Bubala, Spitalfields: restaurant review

Starting out its life as a series of supper clubs, Bubala's first brick and mortar premises on Commercial Street is a haven for Middle Eastern-inspired vegetarian eats 

What's the draw?

Following a series of successful supper clubs, Marc Summers (ex-GM of Berber & Q) has joined forces with head chef Helen Graham (formerly of The Palomar and Barbary) to open Bubala's first brick-and-mortar premises. Taking into consideration the CVs of those on the hots and in the front-of-house, it should come as no surprise that the Middle Eastern-inspired vegetarian menu here bears all the hallmarks of Ottolenghi's Nopi, among its other influences. It's also, thankfully, worthy of proximity to those titans. With its 1980s-influenced soundtrack, industrial interior, and name that comes from a Yiddish term of endearment, Bubala is an ideal restaurant for sitting on your tuches and letting the days go by.

What to drink?

Wine might be better known for its pairing potential with fish and meat, but Bubala does an admirable job at highlighting quite how well vegetarian cooking can get along with the beverage. We start with a 2018 Catavela orange wine from Italian producer Denavolo, a blend of malvasia, ortugo, marsanne, and more – cultivated from high-altitude vines from the Emilia-Romagna region. Each successive sip was redolent with floral notes and a tight-lipped acidity, revealing more of that bottle's stony soil backstory. We also sampled a chilled Gris Question d'Equilibre rosé (also 2018) from Les Coteaux du Pic winery, its mixture of grenache and cinsault grapes tag-teaming our tongues in a light and fruity flurry. Combine that delicate pink with the bracing garlic of Bubala's plates and you're in for a good time and a long time.

What to eat?

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Laffa flatbreads (fresh from Dalston's Ararat Bread bakery) are a must-order. Blistered with leopard spots of char, they fare best when waded through a flaxen puddle of hummus and burnt butter. Fried aubergine dressed with zhoug and date syrup is crisp on the outside and moussaka-like in the middle; the zhoug spread generously spiced with a cumin kick that mirrors the flavour profile of a good saag aloo. Halloumi in black seed honey is well-timed and caramelised – there's no rubbery squeak to be found here – and given a pleasant citrus lift by its sticky coat. As our table became increasingly crowded with dishes, a plate of confit potato latkes still made itself heard above the hullabaloo. Those carbohydrate accordions flaked and fell apart in all the right places, bookended by a crisp top and bottom like the slightly burnt edges of a good pasta bake – our only qualm was that the garlic-laced toum which those latkes came coddled with could have benefited from a touch more Aleppo chilli. Larger plates like the grilled romanesco in smoked tomato dressing were fine, but not spectacular. What was spectacular, however, was the tahini, date and tangerine ice cream: a dessert that's a little bit Terry's Chocolate Orange, a little bit rum and raisin and a whole lot of delicious. Tahini makes an ample salted caramel surrogate and prevents the ice cream from becoming cloyingly sweet and, while there's nothing subtle about it, it is a big, bold, and sexy bite of food. We'll back for another scoop.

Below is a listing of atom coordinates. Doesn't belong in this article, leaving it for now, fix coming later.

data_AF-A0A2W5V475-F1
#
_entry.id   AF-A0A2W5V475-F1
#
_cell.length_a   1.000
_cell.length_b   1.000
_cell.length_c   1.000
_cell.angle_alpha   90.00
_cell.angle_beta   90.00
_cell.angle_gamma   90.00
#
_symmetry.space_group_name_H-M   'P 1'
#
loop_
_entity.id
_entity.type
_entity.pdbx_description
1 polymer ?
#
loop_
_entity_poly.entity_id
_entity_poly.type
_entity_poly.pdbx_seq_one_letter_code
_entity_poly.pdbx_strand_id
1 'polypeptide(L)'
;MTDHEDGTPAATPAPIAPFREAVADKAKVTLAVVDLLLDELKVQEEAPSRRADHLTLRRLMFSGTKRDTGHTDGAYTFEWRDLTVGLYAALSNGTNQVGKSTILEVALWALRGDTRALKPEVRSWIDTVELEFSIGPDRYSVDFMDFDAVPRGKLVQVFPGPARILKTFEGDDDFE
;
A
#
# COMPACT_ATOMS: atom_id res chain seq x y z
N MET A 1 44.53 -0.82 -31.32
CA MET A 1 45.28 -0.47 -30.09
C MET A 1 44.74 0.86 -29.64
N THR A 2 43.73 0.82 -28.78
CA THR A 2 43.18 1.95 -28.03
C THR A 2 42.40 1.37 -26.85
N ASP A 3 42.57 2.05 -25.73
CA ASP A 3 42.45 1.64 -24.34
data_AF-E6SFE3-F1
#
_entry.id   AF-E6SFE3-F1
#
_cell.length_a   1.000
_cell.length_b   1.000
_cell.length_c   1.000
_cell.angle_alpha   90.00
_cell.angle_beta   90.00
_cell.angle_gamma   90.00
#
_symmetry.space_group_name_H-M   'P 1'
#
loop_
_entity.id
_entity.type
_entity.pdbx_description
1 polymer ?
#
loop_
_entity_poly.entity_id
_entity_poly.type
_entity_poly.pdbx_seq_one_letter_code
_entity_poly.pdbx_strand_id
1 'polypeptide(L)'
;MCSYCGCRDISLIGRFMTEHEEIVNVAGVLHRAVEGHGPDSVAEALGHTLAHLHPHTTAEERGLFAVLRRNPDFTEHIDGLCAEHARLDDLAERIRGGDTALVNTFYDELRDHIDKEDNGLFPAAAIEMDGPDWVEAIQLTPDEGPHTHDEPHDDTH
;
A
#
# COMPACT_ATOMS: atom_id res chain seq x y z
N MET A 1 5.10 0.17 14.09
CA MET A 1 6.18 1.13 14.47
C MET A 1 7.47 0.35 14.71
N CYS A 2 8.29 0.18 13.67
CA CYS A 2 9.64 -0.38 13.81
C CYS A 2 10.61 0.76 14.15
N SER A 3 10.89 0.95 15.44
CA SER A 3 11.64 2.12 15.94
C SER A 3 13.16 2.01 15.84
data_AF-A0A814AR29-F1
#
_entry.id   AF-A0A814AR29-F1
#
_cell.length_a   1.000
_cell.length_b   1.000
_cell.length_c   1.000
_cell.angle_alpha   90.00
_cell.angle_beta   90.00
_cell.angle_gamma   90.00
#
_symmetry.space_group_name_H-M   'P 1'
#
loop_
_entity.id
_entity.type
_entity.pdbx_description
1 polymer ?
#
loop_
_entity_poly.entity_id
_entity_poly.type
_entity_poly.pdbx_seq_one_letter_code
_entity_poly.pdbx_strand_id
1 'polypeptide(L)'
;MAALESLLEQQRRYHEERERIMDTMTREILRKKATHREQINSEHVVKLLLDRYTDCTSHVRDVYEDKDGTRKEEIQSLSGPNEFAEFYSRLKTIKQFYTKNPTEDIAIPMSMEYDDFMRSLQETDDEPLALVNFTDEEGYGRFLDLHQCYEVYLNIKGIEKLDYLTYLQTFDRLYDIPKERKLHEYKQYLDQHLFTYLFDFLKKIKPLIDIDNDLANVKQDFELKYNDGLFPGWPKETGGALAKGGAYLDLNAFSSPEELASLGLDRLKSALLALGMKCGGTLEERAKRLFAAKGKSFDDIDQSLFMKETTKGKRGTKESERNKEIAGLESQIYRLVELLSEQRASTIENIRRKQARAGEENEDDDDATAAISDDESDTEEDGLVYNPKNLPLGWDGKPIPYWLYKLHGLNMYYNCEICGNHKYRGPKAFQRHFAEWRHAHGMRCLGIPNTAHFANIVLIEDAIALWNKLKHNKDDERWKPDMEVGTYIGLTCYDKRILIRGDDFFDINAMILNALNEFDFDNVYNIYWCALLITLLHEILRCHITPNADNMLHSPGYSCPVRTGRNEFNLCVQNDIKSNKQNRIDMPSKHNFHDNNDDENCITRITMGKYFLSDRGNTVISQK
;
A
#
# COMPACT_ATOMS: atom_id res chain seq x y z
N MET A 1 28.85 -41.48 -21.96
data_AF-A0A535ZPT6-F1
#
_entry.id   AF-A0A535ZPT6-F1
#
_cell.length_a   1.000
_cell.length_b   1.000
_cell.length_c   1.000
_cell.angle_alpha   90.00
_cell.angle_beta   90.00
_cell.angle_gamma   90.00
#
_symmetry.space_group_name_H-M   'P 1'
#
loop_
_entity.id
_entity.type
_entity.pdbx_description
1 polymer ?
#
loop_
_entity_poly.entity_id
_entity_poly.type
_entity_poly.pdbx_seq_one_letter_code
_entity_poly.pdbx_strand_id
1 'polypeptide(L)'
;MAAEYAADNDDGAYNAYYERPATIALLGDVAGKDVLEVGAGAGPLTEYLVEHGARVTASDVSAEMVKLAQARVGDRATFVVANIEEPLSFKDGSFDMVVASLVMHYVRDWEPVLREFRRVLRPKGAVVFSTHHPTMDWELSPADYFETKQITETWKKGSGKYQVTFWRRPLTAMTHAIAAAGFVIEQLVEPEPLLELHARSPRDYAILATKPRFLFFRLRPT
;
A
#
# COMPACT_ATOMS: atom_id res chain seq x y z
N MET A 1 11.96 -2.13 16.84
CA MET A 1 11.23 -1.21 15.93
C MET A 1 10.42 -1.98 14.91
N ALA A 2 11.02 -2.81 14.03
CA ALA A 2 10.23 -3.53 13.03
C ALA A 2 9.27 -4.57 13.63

Plates from £5.5, wine by the glass from £5. 65 Commercial Street, E1 6BD.